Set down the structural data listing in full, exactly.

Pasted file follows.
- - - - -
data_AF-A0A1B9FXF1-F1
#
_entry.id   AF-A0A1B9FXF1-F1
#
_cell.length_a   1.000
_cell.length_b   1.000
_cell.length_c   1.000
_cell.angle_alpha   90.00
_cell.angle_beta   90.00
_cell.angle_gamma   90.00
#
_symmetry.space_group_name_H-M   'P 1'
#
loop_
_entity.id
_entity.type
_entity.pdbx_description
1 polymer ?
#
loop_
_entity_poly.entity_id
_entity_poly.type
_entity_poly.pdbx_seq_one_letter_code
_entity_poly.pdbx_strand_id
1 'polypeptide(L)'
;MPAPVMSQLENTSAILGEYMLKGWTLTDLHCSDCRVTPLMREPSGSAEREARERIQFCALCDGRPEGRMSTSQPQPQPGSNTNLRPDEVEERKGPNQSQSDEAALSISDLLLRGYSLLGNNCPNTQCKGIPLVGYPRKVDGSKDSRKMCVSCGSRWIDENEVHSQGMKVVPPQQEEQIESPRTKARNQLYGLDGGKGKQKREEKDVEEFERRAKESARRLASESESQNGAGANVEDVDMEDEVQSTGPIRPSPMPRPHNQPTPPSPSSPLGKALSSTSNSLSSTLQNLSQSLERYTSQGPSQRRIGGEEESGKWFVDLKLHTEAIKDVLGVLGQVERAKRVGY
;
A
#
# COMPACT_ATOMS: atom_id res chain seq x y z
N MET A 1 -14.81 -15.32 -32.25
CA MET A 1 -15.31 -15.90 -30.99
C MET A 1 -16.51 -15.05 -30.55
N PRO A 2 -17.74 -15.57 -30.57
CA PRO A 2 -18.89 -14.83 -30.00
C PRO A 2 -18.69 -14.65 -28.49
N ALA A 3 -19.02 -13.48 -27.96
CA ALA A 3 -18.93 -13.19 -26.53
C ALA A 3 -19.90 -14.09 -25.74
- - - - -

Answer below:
data_AF-A0A1B9FXF1-F1
#
_entry.id   AF-A0A1B9FXF1-F1
#
_cell.length_a   1.000
_cell.length_b   1.000
_cell.length_c   1.000
_cell.angle_alpha   90.00
_cell.angle_beta   90.00
_cell.angle_gamma   90.00
#
_symmetry.space_group_name_H-M   'P 1'
#
loop_
_entity.id
_entity.type
_entity.pdbx_description
1 polymer ?
#
loop_
_entity_poly.entity_id
_entity_poly.type
_entity_poly.pdbx_seq_one_letter_code
_entity_poly.pdbx_strand_id
1 'polypeptide(L)'
;MPAPVMSQLENTSAILGEYMLKGWTLTDLHCSDCRVTPLMREPSGSAEREARERIQFCALCDGRPEGRMSTSQPQPQPGSNTNLRPDEVEERKGPNQSQSDEAALSISDLLLRGYSLLGNNCPNTQCKGIPLVGYPRKVDGSKDSRKMCVSCGSRWIDENEVHSQGMKVVPPQQEEQIESPRTKARNQLYGLDGGKGKQKREEKDVEEFERRAKESARRLASESESQNGAGANVEDVDMEDEVQSTGPIRPSPMPRPHNQPTPPSPSSPLGKALSSTSNSLSSTLQNLSQSLERYTSQGPSQRRIGGEEESGKWFVDLKLHTEAIKDVLGVLGQVERAKRVGY
;
A
#
# COMPACT_ATOMS: atom_id res chain seq x y z
N MET A 1 -14.81 -15.32 -32.25
CA MET A 1 -15.31 -15.90 -30.99
C MET A 1 -16.51 -15.05 -30.55
N PRO A 2 -17.74 -15.57 -30.57
CA PRO A 2 -18.89 -14.83 -30.00
C PRO A 2 -18.69 -14.65 -28.49
N ALA A 3 -19.02 -13.48 -27.96
CA ALA A 3 -18.93 -13.19 -26.53
C ALA A 3 -19.90 -14.09 -25.74